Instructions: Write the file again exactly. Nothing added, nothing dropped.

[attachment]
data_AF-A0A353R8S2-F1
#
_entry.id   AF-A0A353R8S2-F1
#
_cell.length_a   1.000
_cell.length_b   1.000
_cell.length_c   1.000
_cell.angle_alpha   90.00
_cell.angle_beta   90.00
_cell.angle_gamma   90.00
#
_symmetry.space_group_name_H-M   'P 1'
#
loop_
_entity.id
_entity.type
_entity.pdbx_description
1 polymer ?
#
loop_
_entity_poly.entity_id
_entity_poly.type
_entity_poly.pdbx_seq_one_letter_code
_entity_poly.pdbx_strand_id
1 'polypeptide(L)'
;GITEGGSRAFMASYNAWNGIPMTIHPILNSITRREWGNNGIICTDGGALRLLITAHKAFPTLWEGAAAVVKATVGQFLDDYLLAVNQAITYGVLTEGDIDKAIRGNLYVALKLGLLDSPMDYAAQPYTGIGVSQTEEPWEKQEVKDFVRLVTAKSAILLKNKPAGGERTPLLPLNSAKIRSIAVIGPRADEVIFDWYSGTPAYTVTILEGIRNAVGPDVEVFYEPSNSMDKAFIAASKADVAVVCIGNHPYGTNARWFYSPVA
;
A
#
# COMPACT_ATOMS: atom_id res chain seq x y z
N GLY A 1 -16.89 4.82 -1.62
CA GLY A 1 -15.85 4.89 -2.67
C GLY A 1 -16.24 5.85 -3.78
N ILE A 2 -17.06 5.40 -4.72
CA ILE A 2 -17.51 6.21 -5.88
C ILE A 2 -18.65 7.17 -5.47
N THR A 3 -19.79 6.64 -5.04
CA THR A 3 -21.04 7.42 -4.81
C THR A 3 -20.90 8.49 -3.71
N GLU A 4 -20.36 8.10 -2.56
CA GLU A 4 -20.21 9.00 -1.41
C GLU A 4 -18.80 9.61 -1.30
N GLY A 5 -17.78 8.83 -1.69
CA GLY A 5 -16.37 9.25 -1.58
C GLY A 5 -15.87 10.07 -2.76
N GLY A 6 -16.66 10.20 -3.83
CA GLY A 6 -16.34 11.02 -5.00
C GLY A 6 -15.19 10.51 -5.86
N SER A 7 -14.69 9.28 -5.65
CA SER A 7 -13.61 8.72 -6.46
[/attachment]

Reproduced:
data_AF-A0A353R8S2-F1
#
_entry.id   AF-A0A353R8S2-F1
#
_cell.length_a   1.000
_cell.length_b   1.000
_cell.length_c   1.000
_cell.angle_alpha   90.00
_cell.angle_beta   90.00
_cell.angle_gamma   90.00
#
_symmetry.space_group_name_H-M   'P 1'
#
loop_
_entity.id
_entity.type
_entity.pdbx_description
1 polymer ?
#
loop_
_entity_poly.entity_id
_entity_poly.type
_entity_poly.pdbx_seq_one_letter_code
_entity_poly.pdbx_strand_id
1 'polypeptide(L)'
;GITEGGSRAFMASYNAWNGIPMTIHPILNSITRREWGNNGIICTDGGALRLLITAHKAFPTLWEGAAAVVKATVGQFLDDYLLAVNQAITYGVLTEGDIDKAIRGNLYVALKLGLLDSPMDYAAQPYTGIGVSQTEEPWEKQEVKDFVRLVTAKSAILLKNKPAGGERTPLLPLNSAKIRSIAVIGPRADEVIFDWYSGTPAYTVTILEGIRNAVGPDVEVFYEPSNSMDKAFIAASKADVAVVCIGNHPYGTNARWFYSPVA
;
A
#
# COMPACT_ATOMS: atom_id res chain seq x y z
N GLY A 1 -16.89 4.82 -1.62
CA GLY A 1 -15.85 4.89 -2.67
C GLY A 1 -16.24 5.85 -3.78
N ILE A 2 -17.06 5.40 -4.72
CA ILE A 2 -17.51 6.21 -5.88
C ILE A 2 -18.65 7.17 -5.47
N THR A 3 -19.79 6.64 -5.04
CA THR A 3 -21.04 7.42 -4.81
C THR A 3 -20.90 8.49 -3.71
N GLU A 4 -20.36 8.10 -2.56
CA GLU A 4 -20.21 9.00 -1.41
C GLU A 4 -18.80 9.61 -1.30
N GLY A 5 -17.78 8.83 -1.69
CA GLY A 5 -16.37 9.25 -1.58
C GLY A 5 -15.87 10.07 -2.76
N GLY A 6 -16.66 10.20 -3.83
CA GLY A 6 -16.34 11.02 -5.00
C GLY A 6 -15.19 10.51 -5.86
N SER A 7 -14.69 9.28 -5.65
CA SER A 7 -13.61 8.72 -6.46